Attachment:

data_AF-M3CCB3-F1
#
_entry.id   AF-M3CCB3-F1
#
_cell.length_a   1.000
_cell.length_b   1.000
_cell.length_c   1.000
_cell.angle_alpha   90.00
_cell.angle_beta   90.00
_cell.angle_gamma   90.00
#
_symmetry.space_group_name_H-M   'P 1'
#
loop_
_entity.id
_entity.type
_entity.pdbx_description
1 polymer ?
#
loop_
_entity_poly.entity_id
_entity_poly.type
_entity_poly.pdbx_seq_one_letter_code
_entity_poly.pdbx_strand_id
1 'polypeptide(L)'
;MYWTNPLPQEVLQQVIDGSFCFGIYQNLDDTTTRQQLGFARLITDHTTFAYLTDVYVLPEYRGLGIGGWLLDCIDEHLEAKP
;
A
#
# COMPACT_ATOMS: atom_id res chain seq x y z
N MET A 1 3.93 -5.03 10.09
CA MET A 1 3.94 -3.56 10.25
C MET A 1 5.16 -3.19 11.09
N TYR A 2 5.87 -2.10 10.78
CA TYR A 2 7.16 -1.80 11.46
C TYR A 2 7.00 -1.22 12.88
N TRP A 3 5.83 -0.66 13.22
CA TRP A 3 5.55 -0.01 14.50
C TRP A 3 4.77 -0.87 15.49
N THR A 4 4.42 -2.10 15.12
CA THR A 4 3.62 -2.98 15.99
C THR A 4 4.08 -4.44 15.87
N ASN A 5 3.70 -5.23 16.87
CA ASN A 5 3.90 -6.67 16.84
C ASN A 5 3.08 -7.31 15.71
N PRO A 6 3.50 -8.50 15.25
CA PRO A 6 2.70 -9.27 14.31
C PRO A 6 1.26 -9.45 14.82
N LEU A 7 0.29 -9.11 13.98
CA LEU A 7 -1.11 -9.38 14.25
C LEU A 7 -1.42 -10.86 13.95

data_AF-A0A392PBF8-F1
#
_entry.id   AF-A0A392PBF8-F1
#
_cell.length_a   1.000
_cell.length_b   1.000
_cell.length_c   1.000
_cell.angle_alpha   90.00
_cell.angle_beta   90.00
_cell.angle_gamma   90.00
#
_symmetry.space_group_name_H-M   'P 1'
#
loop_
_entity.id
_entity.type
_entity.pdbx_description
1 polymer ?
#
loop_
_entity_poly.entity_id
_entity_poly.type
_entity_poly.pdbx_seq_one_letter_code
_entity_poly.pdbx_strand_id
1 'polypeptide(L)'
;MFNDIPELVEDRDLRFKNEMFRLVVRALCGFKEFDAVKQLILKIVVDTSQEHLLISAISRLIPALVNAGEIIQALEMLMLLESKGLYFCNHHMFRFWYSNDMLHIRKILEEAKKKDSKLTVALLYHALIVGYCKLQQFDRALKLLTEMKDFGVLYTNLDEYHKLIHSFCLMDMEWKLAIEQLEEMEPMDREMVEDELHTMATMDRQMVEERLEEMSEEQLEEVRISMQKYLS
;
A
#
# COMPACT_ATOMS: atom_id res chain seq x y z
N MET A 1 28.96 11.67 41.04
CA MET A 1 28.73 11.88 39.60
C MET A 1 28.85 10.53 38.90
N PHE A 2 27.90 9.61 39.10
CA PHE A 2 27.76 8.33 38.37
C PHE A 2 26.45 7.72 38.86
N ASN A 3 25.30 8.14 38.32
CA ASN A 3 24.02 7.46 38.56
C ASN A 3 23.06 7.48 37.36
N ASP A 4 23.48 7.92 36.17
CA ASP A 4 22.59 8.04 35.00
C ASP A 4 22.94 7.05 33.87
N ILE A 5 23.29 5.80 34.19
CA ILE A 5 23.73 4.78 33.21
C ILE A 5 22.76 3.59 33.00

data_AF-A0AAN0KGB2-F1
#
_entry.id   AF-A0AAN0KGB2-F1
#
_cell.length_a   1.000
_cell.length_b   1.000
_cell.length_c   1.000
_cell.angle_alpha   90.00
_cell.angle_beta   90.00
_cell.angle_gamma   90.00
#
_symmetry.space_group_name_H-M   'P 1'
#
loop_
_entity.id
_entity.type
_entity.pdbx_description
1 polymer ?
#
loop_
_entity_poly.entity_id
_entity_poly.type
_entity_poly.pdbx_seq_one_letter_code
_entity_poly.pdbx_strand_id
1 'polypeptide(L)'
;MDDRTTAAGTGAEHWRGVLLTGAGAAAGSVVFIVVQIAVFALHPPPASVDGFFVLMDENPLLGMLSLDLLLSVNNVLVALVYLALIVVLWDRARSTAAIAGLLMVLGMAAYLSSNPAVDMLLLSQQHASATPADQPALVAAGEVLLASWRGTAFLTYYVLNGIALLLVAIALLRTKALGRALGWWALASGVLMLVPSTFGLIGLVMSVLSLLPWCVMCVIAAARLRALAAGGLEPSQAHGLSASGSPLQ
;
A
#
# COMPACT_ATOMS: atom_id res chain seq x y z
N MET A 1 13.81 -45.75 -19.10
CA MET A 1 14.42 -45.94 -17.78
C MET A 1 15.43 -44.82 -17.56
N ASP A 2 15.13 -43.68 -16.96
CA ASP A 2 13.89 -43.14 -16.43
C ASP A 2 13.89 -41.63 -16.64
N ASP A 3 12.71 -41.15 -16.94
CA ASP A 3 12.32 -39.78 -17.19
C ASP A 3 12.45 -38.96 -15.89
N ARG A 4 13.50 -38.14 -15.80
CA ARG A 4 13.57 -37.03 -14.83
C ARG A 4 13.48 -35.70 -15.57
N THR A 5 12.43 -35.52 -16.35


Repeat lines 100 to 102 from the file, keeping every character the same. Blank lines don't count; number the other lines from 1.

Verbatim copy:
#
_cell.length_a   1.000
_cell.length_b   1.000